Very inspiring run by Yuki in quite adverse conditions. Looking forward to his appearance at Boston. The People's Champion!
Jim Mather said…
Incredible... was worried when he slipped on the ice!
André Roukema said…
For the first time I was really worried. Can Yuki recover from a marathon that must surely be an assault on his health.

Then a week later he runs 1:03 for the half. This is all so far beyond my comprehension, he is a true superhero.

Most-Read This Week

Aoyama Gakuin Back on Top of Izumo Ekiden

Leading start to finish, 2015-2016 Izumo Ekiden champ Aoyama Gakuin University overcame last year's winner Tokai University and a tough challenge from Toyo University to win Izumo's 30th anniversary edition.

In hot and sunny conditions that followed the passing of Typhoon #25 AGU's Taisei Hashizume got things rolling, opening a six-second lead over Toyo's Akira Aizawa on the 8.0 km First Stage. Tokai's Yuichiro Nishikawa was 20 seconds back in 6th.

Takato Suzuki increased AGU's lead on the 5.8 km Second Stage with a 16:26 stage win. Indoor mile national record holder Ryoji Tatezawa was next-fastest in 16:29, running down four teams including Toyo to put the defending champs into 2nd. The lone crack in Toyo's armor, Kazuya Nishiyama ran only 16:54 to drop Toyo back to 3rd some 34 seconds off the lead.

Back in 4th place, Takushoku University captain Workneh Derese ran a 25:17stage best on the 8.5 km Third Stage to overtake both Toyo and Tokai, but with AGU…

Kisaisa Wins Second-Straight Yosenkai Half Marathon in 1:00:44, Komazawa University Averages Ten Men Under 1:03

The Hakone Ekiden Yosenkai is the qualifying race for Japan's most prestigious road race, the Jan. 2-3 Hakone Ekiden. University men's teams in the Tokyo area that didn't make the top ten at Hakone the year before square off in Tokyo's Showa Kinen Park with teams of up to twelve. The top ten score, their cumulative times determining the team's placing with the top eleven teams advancing and high-placing individuals from schools that don't make the cut rounded up to form a select team.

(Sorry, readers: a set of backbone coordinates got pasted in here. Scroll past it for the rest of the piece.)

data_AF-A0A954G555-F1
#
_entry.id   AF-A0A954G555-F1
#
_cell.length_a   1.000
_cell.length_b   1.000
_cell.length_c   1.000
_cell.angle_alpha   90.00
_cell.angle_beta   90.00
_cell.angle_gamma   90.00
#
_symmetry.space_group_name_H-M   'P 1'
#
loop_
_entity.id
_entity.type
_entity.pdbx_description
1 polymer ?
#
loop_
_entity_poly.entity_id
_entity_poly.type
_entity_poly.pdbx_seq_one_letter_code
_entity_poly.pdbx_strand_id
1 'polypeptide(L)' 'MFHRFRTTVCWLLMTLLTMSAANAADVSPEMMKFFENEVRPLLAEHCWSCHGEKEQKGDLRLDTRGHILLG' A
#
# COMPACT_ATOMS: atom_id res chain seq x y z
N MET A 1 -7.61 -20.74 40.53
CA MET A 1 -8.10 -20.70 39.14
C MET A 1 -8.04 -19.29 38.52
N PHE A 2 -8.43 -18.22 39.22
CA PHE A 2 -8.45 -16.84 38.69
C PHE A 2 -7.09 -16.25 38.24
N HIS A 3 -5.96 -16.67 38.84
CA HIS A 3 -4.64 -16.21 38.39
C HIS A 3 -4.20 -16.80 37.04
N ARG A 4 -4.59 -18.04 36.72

The Yosenkai has long been the world's #1 20 km road race by a wide margin, with winning times among the fastest in the world for the distance and the same kind of incredible depth seen at November's Ageo City Half Marathon and March's National University Men's Half Marathon. In light of changes in the IAAF's ranking system and the level of performance at the Yosenkai, this year organizers took the historic step of changing it from its traditional distance to …

Osako Brings Japanese National Record Back to Chicago

Just over seven months since Yuta Shitara broke Toshinari Takaoka's longstanding 2:06:16 national record from the 2002 Chicago Marathon with a 2:06:11 in Tokyo in February, U.S.-based Suguru Osako brought the record back home to Chicago with a 3rd-place finish in 2:05:50.

Running the same pattern as in his first two marathons, Osako sat back in the lead men's pack, never exerting himself as it whittled down to the core members. Just past the turn into Chinatown near 35 km his Nike Oregon Project teammate and 2017 Chicago winner Galen Rupp fell off the front group to leave Osako in contention with former NOP member Mo Farah, 2:04 Ethiopian Mosinet Gemerew, former Asahi Kasei runner Kenneth Kipkemoi and 2017 world champion Geoffrey Kirui.

As in Boston and Fukuoka last year, when the real move came, this time in the form of a surge by Farah and Gemerew, Osako was left behind to battle it out for 3rd. While Farah kicked away for the win by 13 seconds in a European record 2:05:11,…